BERLIN (ICIS)--Government regulations are necessary in the petrochemical industry’s pursuit of sustainability and ultimately address the problem of carbon dioxide (CO2) emissions, Nobel laureate economist Paul Romer said on Tuesday.
Sound regulations based on facts and careful study would help the industry move forward in finding solutions to existing problems related to CO2 emissions.
“The government is an important part of this productive process in exploring possibilities,” Romer said in a keynote speech at the opening of the 53rd European Petrochemical Association (EPCA) conference.
“Sometimes, we need a government, which is a little bit unpleasant to deal with - a government which can say ‘No, you can't keep doing that’,” Romer added.
Governments can administer proper incentives for beneficial solutions that the industry can come up with, while impose taxes to curb harmful market practices in pursuit of profitability.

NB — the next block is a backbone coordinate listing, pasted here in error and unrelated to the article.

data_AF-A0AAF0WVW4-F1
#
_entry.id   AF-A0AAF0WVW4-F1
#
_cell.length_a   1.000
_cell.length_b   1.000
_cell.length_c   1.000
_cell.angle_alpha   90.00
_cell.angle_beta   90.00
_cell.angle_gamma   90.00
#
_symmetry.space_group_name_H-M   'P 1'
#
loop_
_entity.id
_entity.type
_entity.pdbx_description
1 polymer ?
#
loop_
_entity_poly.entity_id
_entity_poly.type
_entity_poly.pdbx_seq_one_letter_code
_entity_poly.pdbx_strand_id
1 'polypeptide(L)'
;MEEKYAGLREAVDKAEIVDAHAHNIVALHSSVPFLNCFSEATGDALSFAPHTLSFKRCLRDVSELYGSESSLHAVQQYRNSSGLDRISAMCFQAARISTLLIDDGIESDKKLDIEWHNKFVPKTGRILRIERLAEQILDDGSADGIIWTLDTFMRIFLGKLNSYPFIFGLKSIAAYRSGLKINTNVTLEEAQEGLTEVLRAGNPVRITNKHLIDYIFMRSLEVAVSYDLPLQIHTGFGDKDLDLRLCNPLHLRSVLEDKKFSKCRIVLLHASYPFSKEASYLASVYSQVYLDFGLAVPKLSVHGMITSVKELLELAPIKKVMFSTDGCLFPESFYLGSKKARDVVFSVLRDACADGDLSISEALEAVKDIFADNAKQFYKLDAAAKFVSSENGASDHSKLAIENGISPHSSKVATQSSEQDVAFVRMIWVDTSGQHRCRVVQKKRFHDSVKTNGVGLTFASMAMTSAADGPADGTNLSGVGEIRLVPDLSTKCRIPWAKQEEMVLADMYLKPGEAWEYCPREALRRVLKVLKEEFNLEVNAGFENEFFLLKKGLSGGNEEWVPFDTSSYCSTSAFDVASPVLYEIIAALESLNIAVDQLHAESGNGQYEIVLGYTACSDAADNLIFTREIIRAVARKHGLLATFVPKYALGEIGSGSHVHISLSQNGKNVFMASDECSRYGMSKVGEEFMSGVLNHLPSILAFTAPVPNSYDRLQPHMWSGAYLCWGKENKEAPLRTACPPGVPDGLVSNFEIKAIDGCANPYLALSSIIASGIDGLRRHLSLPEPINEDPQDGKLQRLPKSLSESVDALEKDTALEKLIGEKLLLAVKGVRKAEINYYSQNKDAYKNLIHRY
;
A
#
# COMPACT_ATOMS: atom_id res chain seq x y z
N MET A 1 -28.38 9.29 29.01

"If you keep getting government out of the way, the market does not work. In fact, what the market will do is pursue a lot of .... the easy profits or things that are going to be harmful," said Romer, pictured.
Romer, who was awarded the 2018 Nobel Prize in Economic Sciences, is a professor at the New York University and former chief economist at the World Bank.
The EPCA annual meeting runs in Berlin on 6-9 October.
Pictures sources: Simon Katzer/imageBROKER/Shutterstock and Nobel Prize
Click here to see regulatory targets and a list of chemical and mechanical recyclers on the ICIS Circular Economy topic page.